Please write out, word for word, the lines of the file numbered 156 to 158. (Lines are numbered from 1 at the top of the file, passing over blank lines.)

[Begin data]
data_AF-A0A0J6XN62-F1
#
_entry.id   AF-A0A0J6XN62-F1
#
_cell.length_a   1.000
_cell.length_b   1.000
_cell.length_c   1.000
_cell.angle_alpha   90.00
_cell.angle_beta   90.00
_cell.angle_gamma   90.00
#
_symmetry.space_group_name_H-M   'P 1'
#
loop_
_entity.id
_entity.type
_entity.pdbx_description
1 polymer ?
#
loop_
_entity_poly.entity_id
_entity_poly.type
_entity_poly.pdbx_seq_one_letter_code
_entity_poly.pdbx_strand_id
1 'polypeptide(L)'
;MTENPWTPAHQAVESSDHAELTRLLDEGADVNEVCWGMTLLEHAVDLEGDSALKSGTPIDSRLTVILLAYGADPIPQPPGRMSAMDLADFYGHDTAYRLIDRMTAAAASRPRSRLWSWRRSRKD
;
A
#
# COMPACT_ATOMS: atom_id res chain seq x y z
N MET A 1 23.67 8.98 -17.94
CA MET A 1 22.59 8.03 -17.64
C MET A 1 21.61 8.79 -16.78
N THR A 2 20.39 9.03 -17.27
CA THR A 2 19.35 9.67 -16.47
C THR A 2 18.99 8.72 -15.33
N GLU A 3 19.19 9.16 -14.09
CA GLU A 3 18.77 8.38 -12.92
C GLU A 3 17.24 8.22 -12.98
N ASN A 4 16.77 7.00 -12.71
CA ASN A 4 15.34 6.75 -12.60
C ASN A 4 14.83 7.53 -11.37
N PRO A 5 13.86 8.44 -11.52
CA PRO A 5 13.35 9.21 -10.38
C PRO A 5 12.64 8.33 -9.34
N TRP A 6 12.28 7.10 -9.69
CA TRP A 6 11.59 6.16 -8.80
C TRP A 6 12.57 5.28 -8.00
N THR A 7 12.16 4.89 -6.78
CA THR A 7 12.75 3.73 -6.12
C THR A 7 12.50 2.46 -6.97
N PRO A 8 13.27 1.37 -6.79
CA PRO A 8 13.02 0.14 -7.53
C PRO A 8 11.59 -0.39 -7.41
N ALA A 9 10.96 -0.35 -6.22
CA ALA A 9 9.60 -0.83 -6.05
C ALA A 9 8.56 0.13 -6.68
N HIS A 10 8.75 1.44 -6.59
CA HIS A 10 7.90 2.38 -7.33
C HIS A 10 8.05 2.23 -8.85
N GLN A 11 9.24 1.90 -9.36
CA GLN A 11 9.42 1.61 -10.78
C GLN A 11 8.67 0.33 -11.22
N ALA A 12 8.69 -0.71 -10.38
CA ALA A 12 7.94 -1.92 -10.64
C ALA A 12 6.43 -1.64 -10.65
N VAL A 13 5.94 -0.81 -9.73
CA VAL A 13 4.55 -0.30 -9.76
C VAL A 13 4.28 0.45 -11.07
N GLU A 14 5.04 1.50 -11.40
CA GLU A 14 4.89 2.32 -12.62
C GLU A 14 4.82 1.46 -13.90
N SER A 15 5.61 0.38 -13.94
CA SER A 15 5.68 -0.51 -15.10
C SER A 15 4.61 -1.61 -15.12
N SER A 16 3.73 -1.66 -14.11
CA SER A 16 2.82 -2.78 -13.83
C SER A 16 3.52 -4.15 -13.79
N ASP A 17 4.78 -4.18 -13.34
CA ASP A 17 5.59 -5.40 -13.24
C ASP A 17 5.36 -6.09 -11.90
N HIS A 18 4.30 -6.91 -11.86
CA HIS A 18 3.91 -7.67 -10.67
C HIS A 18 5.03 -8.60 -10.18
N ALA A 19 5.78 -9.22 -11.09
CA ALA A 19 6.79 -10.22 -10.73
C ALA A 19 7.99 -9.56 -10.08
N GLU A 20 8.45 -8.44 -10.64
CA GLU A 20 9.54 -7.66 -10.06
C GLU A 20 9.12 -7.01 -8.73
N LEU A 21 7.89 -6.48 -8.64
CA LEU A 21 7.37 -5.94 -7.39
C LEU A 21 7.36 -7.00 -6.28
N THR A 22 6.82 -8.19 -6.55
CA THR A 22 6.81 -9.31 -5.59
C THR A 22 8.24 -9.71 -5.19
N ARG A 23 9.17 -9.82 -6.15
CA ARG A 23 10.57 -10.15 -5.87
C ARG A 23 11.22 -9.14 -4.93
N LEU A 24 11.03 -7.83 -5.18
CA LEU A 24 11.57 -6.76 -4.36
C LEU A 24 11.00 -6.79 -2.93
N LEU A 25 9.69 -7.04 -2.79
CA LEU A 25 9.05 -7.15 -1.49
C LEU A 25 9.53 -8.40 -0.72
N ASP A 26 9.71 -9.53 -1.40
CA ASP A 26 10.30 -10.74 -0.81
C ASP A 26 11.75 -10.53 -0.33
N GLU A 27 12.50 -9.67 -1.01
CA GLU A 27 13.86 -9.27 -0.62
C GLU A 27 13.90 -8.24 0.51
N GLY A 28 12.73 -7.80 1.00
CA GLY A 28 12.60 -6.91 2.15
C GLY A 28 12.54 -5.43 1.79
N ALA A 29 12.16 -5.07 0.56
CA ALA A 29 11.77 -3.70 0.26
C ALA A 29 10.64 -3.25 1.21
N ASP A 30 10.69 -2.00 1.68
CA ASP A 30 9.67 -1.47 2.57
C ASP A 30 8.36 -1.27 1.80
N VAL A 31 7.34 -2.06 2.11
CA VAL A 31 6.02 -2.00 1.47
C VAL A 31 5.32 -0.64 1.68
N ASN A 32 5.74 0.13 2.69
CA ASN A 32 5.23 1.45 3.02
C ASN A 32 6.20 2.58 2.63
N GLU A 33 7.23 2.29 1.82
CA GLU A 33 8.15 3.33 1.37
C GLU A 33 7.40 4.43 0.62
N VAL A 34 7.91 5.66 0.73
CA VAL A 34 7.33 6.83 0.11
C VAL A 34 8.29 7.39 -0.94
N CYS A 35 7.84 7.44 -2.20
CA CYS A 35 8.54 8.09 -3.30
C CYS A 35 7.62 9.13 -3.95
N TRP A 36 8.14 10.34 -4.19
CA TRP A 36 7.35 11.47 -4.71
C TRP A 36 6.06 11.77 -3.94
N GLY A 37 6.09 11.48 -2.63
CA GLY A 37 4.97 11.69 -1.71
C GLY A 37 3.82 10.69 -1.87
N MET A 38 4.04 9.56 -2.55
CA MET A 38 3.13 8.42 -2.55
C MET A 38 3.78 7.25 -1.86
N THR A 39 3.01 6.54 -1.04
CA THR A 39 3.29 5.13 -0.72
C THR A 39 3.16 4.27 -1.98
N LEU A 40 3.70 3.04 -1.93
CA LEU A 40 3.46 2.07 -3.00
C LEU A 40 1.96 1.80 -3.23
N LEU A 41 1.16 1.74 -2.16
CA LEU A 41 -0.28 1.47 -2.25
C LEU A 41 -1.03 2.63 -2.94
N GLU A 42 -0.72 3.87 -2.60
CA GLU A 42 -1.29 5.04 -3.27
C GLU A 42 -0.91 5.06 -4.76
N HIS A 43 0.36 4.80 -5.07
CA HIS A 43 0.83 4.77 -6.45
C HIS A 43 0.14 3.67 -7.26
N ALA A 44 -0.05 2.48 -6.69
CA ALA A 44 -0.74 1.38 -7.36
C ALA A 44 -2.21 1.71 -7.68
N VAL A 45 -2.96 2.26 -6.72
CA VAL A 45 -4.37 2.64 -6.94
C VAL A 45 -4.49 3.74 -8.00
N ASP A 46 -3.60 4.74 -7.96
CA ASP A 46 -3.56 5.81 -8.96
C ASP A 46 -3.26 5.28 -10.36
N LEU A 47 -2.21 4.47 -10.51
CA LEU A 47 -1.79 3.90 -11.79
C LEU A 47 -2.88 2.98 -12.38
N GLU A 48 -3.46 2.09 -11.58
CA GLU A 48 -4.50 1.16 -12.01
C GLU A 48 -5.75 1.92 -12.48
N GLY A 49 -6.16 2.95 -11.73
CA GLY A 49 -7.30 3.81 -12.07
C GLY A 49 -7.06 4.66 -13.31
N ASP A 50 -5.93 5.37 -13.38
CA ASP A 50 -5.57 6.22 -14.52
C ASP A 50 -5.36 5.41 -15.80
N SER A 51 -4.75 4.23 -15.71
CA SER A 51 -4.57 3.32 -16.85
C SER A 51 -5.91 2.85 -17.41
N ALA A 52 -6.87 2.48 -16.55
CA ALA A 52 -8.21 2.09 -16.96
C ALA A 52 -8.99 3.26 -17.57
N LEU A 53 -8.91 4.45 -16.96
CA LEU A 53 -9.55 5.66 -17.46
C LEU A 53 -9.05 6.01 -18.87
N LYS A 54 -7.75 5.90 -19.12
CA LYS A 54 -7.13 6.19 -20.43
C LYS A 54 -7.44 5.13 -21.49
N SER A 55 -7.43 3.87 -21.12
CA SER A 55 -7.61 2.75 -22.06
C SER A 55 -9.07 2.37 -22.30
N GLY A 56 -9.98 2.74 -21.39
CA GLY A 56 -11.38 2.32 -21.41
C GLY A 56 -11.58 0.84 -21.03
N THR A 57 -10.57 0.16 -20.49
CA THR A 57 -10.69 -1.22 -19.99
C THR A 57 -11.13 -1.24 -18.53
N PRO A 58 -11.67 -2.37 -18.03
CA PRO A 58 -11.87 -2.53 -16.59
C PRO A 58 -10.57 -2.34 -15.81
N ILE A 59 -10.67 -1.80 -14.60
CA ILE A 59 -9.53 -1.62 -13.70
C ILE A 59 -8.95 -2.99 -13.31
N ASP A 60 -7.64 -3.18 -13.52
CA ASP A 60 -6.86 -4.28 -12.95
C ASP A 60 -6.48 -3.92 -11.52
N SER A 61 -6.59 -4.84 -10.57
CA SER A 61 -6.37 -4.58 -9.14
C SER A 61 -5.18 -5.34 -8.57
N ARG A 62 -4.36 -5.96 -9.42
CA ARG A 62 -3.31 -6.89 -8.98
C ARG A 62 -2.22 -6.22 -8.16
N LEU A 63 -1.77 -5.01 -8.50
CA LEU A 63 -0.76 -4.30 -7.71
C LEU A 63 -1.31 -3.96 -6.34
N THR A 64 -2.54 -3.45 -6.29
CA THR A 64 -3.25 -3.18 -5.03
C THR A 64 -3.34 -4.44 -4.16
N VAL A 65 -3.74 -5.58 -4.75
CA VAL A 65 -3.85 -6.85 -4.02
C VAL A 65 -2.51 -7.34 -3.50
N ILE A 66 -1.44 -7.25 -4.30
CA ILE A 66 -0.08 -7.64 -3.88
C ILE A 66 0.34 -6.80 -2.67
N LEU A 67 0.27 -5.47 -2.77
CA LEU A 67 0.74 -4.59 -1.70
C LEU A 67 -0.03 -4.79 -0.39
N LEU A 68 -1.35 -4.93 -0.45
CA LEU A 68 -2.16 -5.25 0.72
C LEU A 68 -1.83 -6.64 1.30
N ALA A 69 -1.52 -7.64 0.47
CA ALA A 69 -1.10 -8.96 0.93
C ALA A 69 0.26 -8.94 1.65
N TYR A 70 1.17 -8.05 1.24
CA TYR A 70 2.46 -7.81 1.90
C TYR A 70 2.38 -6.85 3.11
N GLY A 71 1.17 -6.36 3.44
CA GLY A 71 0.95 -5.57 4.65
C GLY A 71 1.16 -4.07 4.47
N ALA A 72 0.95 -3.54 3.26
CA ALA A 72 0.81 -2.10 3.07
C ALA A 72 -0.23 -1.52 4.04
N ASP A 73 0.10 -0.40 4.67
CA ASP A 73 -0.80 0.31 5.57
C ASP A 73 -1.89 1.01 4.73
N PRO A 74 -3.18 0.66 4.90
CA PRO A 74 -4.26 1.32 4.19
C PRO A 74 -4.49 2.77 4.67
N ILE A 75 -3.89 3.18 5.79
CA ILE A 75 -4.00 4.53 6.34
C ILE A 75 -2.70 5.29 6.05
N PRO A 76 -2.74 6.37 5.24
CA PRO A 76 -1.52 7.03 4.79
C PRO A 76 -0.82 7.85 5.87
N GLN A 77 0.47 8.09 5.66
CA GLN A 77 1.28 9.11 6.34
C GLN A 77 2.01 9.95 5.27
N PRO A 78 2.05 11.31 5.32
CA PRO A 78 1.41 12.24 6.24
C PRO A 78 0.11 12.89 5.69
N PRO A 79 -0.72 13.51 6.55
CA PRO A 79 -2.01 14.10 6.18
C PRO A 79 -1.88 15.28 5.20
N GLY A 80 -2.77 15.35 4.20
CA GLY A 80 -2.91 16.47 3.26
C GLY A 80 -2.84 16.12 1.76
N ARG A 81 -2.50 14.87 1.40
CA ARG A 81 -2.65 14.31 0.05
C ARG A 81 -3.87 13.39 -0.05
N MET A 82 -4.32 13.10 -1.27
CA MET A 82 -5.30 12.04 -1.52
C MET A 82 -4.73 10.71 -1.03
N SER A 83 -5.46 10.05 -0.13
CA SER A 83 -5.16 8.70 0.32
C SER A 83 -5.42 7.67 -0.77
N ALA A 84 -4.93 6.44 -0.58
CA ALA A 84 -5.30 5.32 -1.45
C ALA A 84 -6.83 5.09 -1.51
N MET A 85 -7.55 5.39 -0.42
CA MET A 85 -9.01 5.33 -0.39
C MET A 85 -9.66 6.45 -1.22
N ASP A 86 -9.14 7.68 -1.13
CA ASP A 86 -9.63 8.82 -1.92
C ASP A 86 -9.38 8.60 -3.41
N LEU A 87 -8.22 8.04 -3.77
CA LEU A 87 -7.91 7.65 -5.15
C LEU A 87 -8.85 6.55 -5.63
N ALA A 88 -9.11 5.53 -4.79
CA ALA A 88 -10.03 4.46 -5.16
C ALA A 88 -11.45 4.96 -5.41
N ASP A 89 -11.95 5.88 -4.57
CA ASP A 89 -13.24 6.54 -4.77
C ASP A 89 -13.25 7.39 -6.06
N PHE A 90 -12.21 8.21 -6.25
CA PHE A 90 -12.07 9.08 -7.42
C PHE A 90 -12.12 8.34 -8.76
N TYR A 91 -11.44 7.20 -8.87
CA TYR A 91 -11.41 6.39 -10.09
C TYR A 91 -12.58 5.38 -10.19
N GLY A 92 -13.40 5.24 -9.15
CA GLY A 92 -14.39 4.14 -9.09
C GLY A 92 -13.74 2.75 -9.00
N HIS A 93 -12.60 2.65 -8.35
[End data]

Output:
C GLU A 42 -0.91 5.06 -4.76
N HIS A 43 0.36 4.80 -5.07
CA HIS A 43 0.83 4.77 -6.45